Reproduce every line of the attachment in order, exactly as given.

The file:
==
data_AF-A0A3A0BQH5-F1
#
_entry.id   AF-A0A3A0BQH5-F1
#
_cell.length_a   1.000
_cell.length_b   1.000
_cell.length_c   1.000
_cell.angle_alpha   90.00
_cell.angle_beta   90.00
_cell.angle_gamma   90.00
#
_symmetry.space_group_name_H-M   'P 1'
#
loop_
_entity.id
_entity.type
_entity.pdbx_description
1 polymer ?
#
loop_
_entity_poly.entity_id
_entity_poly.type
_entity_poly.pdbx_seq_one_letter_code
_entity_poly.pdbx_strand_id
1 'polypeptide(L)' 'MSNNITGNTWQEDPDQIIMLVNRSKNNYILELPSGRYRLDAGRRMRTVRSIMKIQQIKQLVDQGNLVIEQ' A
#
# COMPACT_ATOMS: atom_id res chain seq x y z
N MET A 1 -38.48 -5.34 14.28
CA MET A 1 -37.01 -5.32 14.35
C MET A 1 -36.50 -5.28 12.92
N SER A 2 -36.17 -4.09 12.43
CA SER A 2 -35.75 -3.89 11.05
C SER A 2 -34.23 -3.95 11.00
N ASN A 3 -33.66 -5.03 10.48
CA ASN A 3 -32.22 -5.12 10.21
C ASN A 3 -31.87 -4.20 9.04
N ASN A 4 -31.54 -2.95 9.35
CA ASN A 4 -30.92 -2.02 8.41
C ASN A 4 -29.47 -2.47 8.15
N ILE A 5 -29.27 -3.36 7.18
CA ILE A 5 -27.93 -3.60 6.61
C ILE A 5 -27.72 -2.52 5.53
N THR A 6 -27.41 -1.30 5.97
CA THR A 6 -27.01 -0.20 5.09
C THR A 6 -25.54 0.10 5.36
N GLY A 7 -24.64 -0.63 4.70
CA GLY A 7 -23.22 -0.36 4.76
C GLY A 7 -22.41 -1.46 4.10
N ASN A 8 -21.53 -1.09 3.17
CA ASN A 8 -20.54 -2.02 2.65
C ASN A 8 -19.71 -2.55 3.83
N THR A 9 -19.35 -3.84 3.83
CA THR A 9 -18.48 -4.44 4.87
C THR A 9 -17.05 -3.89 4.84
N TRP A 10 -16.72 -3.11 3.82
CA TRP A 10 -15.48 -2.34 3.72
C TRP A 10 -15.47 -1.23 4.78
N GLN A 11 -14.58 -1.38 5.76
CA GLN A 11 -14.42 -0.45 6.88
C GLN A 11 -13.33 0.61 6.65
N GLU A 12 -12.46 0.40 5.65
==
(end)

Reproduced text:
data_AF-A0A3A0BQH5-F1
#
_entry.id   AF-A0A3A0BQH5-F1
#
_cell.length_a   1.000
_cell.length_b   1.000
_cell.length_c   1.000
_cell.angle_alpha   90.00
_cell.angle_beta   90.00
_cell.angle_gamma   90.00
#
_symmetry.space_group_name_H-M   'P 1'
#
loop_
_entity.id
_entity.type
_entity.pdbx_description
1 polymer ?
#
loop_
_entity_poly.entity_id
_entity_poly.type
_entity_poly.pdbx_seq_one_letter_code
_entity_poly.pdbx_strand_id
1 'polypeptide(L)' 'MSNNITGNTWQEDPDQIIMLVNRSKNNYILELPSGRYRLDAGRRMRTVRSIMKIQQIKQLVDQGNLVIEQ' A
#
# COMPACT_ATOMS: atom_id res chain seq x y z
N MET A 1 -38.48 -5.34 14.28
CA MET A 1 -37.01 -5.32 14.35
C MET A 1 -36.50 -5.28 12.92
N SER A 2 -36.17 -4.09 12.43
CA SER A 2 -35.75 -3.89 11.05
C SER A 2 -34.23 -3.95 11.00
N ASN A 3 -33.66 -5.03 10.48
CA ASN A 3 -32.22 -5.12 10.21
C ASN A 3 -31.87 -4.20 9.04
N ASN A 4 -31.54 -2.95 9.35
CA ASN A 4 -30.92 -2.02 8.41
C ASN A 4 -29.47 -2.47 8.15
N ILE A 5 -29.27 -3.36 7.18
CA ILE A 5 -27.93 -3.60 6.61
C ILE A 5 -27.72 -2.52 5.53
N THR A 6 -27.41 -1.30 5.97
CA THR A 6 -27.01 -0.20 5.09
C THR A 6 -25.54 0.10 5.36
N GLY A 7 -24.64 -0.63 4.70
CA GLY A 7 -23.22 -0.36 4.76
C GLY A 7 -22.41 -1.46 4.10
N ASN A 8 -21.53 -1.09 3.17
CA ASN A 8 -20.54 -2.02 2.65
C ASN A 8 -19.71 -2.55 3.83
N THR A 9 -19.35 -3.84 3.83
CA THR A 9 -18.48 -4.44 4.87
C THR A 9 -17.05 -3.89 4.84
N TRP A 10 -16.72 -3.11 3.82
CA TRP A 10 -15.48 -2.34 3.72
C TRP A 10 -15.47 -1.23 4.78
N GLN A 11 -14.58 -1.38 5.76
CA GLN A 11 -14.42 -0.45 6.88
C GLN A 11 -13.33 0.61 6.65
N GLU A 12 -12.46 0.40 5.65